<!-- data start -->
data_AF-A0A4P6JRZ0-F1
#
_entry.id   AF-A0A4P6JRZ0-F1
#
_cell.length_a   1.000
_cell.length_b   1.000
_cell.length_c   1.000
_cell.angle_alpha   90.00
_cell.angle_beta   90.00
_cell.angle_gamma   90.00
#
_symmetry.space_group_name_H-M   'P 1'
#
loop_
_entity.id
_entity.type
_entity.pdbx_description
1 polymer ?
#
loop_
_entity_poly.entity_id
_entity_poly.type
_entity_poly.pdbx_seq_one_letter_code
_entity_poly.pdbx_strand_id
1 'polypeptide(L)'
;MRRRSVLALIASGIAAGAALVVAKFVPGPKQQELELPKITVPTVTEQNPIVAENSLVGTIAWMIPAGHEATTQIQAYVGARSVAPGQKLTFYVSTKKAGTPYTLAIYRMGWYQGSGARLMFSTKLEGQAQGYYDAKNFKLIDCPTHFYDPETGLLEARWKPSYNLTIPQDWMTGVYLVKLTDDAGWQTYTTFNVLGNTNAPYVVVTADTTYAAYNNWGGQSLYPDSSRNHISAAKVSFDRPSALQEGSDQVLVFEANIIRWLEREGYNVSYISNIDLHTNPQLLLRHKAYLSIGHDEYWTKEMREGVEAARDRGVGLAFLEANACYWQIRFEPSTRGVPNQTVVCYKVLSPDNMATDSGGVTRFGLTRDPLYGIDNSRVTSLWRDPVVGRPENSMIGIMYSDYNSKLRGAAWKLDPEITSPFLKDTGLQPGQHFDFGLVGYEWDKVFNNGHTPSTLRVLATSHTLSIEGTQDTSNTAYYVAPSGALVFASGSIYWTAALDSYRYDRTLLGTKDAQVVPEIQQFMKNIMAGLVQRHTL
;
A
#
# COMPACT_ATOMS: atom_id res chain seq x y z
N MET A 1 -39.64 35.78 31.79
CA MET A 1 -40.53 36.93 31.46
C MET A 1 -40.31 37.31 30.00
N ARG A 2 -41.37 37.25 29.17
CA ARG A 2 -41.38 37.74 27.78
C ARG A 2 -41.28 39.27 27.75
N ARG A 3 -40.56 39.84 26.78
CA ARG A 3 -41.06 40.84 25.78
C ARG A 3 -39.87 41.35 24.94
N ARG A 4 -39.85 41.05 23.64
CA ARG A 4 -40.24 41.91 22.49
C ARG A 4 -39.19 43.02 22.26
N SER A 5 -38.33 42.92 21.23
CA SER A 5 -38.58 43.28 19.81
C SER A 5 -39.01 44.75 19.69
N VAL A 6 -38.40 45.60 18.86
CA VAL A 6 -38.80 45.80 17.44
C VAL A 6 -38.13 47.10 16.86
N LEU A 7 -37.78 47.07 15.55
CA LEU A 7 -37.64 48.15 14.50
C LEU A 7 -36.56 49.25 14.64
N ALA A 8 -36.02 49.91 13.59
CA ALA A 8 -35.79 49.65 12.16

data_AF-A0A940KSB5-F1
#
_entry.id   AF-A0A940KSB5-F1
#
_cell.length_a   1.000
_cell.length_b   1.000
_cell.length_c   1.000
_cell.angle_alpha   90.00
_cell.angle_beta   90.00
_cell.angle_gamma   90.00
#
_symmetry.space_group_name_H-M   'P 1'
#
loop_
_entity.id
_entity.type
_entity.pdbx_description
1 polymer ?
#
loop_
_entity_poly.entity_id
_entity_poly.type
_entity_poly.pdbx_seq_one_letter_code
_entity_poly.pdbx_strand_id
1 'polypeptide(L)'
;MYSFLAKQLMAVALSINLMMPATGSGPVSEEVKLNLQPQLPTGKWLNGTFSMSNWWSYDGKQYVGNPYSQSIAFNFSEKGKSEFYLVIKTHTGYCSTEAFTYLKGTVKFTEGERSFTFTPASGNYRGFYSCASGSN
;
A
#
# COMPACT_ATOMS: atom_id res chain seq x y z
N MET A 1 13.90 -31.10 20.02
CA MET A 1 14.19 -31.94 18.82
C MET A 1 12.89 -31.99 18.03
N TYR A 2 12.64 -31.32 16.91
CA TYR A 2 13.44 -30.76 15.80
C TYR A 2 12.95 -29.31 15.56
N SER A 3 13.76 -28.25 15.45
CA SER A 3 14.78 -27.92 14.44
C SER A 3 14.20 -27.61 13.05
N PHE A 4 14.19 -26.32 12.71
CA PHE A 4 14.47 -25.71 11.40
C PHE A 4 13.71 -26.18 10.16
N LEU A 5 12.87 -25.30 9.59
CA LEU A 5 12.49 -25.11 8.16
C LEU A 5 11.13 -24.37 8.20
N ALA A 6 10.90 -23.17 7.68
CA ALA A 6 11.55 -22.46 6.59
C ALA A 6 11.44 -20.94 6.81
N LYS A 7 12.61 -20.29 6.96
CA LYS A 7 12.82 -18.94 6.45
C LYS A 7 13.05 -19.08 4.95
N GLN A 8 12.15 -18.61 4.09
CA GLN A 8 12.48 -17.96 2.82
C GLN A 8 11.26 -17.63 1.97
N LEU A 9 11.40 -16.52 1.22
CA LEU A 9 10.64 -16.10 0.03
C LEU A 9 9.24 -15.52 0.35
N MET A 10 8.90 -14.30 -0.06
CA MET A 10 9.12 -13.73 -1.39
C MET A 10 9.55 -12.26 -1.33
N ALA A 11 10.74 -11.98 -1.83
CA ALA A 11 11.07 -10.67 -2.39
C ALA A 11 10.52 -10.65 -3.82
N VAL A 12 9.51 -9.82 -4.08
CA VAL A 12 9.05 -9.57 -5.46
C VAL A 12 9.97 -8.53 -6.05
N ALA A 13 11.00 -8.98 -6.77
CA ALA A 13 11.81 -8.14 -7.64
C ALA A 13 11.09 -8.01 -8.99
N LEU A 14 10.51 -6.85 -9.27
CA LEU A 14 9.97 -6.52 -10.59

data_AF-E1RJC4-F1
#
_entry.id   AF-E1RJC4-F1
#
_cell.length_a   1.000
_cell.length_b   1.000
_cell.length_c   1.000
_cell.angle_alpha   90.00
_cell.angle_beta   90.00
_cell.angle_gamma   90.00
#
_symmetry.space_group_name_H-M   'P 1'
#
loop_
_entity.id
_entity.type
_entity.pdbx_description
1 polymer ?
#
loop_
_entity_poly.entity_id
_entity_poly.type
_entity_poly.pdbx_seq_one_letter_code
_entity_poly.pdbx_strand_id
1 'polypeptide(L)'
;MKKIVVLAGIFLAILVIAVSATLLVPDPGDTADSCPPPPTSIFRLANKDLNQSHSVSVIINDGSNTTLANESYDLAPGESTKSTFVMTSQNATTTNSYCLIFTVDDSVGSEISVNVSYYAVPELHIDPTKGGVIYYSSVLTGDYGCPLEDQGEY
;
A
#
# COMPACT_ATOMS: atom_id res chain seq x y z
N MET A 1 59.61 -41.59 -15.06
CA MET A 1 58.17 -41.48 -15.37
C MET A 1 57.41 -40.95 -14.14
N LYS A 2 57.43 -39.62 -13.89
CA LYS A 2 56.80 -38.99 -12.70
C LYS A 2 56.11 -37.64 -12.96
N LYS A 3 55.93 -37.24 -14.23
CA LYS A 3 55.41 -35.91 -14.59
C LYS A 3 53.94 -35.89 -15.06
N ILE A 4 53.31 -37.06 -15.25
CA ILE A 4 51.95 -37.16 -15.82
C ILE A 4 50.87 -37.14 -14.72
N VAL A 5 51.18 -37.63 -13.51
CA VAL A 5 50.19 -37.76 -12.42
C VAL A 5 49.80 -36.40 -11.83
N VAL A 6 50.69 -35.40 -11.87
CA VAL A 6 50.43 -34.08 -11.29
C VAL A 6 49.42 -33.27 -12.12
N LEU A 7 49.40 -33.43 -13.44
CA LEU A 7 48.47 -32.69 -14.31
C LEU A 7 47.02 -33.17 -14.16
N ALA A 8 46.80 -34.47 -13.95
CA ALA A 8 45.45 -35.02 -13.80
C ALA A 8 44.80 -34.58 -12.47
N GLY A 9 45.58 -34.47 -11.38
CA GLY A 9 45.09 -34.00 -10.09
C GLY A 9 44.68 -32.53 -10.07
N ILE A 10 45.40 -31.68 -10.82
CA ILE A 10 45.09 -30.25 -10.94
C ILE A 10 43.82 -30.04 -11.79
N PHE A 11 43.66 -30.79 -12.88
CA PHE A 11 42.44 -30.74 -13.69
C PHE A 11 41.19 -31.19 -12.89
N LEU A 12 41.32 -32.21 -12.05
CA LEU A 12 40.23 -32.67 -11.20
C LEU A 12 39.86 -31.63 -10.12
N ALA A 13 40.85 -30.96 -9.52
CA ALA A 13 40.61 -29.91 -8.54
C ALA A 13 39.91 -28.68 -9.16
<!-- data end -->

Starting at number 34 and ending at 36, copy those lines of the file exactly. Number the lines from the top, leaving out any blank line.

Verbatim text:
N ARG A 2 -41.37 37.25 29.17
CA ARG A 2 -41.38 37.74 27.78
C ARG A 2 -41.28 39.27 27.75